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Discussion Starter · #1 · (Edited)
Hello, i am replacing the four FF3 shock absorbers in my opel GT, after seeing a number of videos where people talk about how they did it and about how easy it was, i cant for the life of me, to release the ball joint of the top arm in order to extract the coil over. Maybe there is something in the process i am overlooking. Is there a video where i really can see it being done, no only some guy explaining how he did it?
 

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I am the guy who made these two recent YouTube instructional videos dated earlier this year.


To remove the upper control arm connection at the steering knuckle, put the original nut back on making sure the stem is "not" protruding because you do not want to deform it's male threads. I realize there is very little room to swing a hammer, but do your best to tap upward on the nut to break the tapered connection loose. Apparently you have some corrosion preventing an easy disconnect. The heavier the hammer, the better the results.

I don't recommend tapping on the control arm itself unless your plan is to replace it.
 

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Discussion Starter · #3 ·
I am the guy who made these two recent YouTube instructional videos dated earlier this year.


To remove the upper control arm connection at the steering knuckle, put the original nut back on making sure the stem is "not" protruding because you do not want to deform it's male threads. I realize there is very little room to swing a hammer, but do your best to tap upward on the nut to break the tapered connection loose. Apparently you have some corrosion preventing an easy disconnect. The heavier the hammer, the better the results.

I don't recommend tapping on the control arm itself unless your plan is to replace it.
Thank for the videos! I have tried exactly as you say, apparently there is no corrosion at all in my car . Maybe it is because i am using a rubber hammer to avoid damaging anything. The control arm seems made of really soft metal, even the rubber hammer can make a dent on it!
 

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Thank for the videos! I have tried exactly as you say, apparently there is no corrosion at all in my car . Maybe it is because i am using a rubber hammer to avoid damaging anything. The control arm seems made of really soft metal, even the rubber hammer can make a dent on it!
I used a regular hammer. I imagine a rubber mallet would be ineffective. If not comfortable hitting it, loosen the nut 2 to 3 turns, place a socket on the nut and hit that with a regular hammer. Using an impact socket would be ideal because they take such a hit much better than a chrome one.
 

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Discussion Starter · #5 · (Edited)
Got it! What made the trick for me was to place a jack under the bottom control arm and lift it a bit, then hit the nut once with the rubber hammer (with a socket over the nut) and it popped out at the first attempt.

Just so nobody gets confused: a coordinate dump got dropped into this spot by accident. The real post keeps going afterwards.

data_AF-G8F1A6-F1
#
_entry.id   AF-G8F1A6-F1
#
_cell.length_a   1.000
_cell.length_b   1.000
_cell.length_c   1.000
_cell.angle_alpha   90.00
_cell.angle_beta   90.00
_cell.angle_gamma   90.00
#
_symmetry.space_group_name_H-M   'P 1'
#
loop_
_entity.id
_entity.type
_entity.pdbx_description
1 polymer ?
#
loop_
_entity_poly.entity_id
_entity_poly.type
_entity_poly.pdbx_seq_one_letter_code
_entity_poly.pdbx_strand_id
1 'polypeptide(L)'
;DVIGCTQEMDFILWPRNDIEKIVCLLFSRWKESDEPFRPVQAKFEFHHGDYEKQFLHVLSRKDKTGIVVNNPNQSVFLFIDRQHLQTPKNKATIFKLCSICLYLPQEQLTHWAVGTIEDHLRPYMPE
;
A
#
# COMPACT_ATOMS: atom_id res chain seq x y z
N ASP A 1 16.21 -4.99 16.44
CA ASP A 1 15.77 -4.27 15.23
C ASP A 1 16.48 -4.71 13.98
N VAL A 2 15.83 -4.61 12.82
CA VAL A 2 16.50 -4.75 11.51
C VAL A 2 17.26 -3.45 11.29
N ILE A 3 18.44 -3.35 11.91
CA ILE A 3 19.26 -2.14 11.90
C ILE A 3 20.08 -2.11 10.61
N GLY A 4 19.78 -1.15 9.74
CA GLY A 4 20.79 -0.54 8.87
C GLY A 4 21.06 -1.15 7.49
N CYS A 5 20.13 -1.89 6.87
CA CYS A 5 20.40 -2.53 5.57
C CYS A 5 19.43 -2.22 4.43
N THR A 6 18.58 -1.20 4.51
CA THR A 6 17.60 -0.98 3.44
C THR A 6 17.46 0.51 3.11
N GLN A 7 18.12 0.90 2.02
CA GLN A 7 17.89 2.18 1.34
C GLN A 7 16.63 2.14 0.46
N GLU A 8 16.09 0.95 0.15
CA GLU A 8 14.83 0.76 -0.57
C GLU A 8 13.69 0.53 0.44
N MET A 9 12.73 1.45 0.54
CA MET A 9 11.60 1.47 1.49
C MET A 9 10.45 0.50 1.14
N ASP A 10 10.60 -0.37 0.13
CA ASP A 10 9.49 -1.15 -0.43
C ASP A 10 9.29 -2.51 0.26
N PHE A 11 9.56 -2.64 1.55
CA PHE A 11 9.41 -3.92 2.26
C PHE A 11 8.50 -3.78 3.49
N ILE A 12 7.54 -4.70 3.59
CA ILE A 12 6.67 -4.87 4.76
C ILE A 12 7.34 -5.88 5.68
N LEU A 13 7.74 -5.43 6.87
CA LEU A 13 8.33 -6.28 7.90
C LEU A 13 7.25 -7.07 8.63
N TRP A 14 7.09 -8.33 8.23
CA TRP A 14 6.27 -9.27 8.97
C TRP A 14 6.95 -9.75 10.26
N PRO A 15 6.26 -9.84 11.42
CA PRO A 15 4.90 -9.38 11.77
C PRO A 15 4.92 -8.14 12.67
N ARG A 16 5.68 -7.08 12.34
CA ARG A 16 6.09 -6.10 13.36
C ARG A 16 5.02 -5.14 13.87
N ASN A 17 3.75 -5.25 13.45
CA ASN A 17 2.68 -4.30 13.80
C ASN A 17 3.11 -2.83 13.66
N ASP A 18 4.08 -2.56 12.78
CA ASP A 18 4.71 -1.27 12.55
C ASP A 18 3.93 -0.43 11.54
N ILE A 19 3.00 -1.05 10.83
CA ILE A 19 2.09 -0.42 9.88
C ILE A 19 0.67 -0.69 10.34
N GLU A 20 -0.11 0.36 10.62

Now i need to buy a spring compressor tool. Any recommendations? (safety first)
 

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Got it! What made the trick for me was to place a jack under the bottom control arm and lift it a bit, then hit the nut once with the rubber hammer (with a socket over the nut) and it popped out at the first attempt.

Now i need to buy a spring compressor tool. Any recommendations? (safety first)
Glad you got it apart.

I bought a spring compressor like THIS ONE specifically for my Sky rear shocks. My new front shocks were bought pre-loaded with new springs and all, but I used the compressor on my old front loaded shocks which I took apart to evaluate their failures and set aside the good parts for resale.

I replaced all 4 original shocks, the fronts came with new springs, the backs were only the yellow shock. All else including the springs were reused in back.

After the job was complete, I determined that one front and one back shock failed. The bad front shock could not be compressed, the back had only 50% travel. I consider the remaining front and rear shock good for reuse so I have them for sale locally (Chicago area) on Craigslist.
 

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Discussion Starter · #7 ·
Glad you got it apart.

I bought a spring compressor like THIS ONE specifically for my Sky rear shocks. My new front shocks were bought pre-loaded with new springs and all, but I used the compressor on my old front loaded shocks which I took apart to evaluate their failures and set aside the good parts for resale.

I replaced all 4 original shocks, the fronts came with new springs, the backs were only the yellow shock. All else including the springs were reused in back.

After the job was complete, I determined that one front and one back shock failed. The bad front shock could not be compressed, the back had only 50% travel. I consider the remaining front and rear shock good for reuse so I have them for sale locally (Chicago area) on Craigslist.
I finally was able to replace all four shocks. Has to bought a set of ball joint separators for the rear ones as it was definitely impossible with the hammer only. After extracting and examining the nearly 100,000 km old shocks they looked in pretty well condition, money and work for nothing i thought, however, after going for a test run yesterday (after aligning the four wheels at a workshop) the difference was staggering! The car feels much more soft on the bumps and much more stable in turns and accelerations. Should have done it much before!
 
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